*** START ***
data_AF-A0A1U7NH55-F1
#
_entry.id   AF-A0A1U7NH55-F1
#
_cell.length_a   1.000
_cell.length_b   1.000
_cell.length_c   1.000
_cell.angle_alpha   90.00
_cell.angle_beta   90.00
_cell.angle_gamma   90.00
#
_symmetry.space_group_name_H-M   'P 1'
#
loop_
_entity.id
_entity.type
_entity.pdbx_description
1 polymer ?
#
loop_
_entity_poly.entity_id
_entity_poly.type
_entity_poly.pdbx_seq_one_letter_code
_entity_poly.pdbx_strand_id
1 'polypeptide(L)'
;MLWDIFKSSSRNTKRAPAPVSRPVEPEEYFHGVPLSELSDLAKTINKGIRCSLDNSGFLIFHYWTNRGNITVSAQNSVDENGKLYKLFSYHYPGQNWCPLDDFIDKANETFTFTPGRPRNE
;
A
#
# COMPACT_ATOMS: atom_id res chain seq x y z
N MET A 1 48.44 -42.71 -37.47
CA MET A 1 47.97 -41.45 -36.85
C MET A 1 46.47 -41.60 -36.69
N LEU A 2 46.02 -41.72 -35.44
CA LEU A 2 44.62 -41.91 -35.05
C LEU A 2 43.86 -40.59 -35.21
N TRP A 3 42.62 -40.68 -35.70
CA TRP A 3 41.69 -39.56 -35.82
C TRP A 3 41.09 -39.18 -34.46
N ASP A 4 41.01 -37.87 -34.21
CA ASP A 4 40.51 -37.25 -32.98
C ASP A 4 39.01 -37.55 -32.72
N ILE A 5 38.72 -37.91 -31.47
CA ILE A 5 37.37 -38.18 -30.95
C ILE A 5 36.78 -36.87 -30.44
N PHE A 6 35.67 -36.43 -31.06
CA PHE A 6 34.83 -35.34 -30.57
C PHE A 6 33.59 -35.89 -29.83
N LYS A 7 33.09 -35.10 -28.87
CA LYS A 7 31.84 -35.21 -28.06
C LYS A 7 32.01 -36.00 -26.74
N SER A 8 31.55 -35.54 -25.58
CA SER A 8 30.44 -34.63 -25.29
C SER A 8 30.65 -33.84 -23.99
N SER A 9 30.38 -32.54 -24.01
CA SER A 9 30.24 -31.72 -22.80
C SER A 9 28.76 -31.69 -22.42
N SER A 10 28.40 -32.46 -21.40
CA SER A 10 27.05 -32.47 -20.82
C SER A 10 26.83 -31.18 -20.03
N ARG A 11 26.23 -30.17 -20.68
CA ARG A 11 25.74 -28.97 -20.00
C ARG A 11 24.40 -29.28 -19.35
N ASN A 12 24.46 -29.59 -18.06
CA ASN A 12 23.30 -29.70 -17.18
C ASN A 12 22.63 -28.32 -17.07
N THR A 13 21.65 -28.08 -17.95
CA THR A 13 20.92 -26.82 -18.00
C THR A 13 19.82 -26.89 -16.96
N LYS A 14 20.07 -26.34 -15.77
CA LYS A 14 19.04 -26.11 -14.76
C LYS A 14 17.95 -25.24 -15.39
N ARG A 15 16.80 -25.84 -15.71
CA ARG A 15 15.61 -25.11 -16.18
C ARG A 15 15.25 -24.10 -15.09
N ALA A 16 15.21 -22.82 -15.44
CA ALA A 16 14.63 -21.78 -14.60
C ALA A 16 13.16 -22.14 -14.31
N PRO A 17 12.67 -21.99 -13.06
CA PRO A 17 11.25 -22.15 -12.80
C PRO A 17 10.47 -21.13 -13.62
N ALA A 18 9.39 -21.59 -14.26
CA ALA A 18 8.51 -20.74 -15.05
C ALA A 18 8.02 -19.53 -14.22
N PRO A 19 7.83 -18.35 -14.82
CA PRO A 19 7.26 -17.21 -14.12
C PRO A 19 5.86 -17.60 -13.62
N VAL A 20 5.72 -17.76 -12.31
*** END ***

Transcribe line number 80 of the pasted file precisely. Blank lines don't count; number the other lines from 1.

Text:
CA PRO A 17 11.25 -22.15 -12.80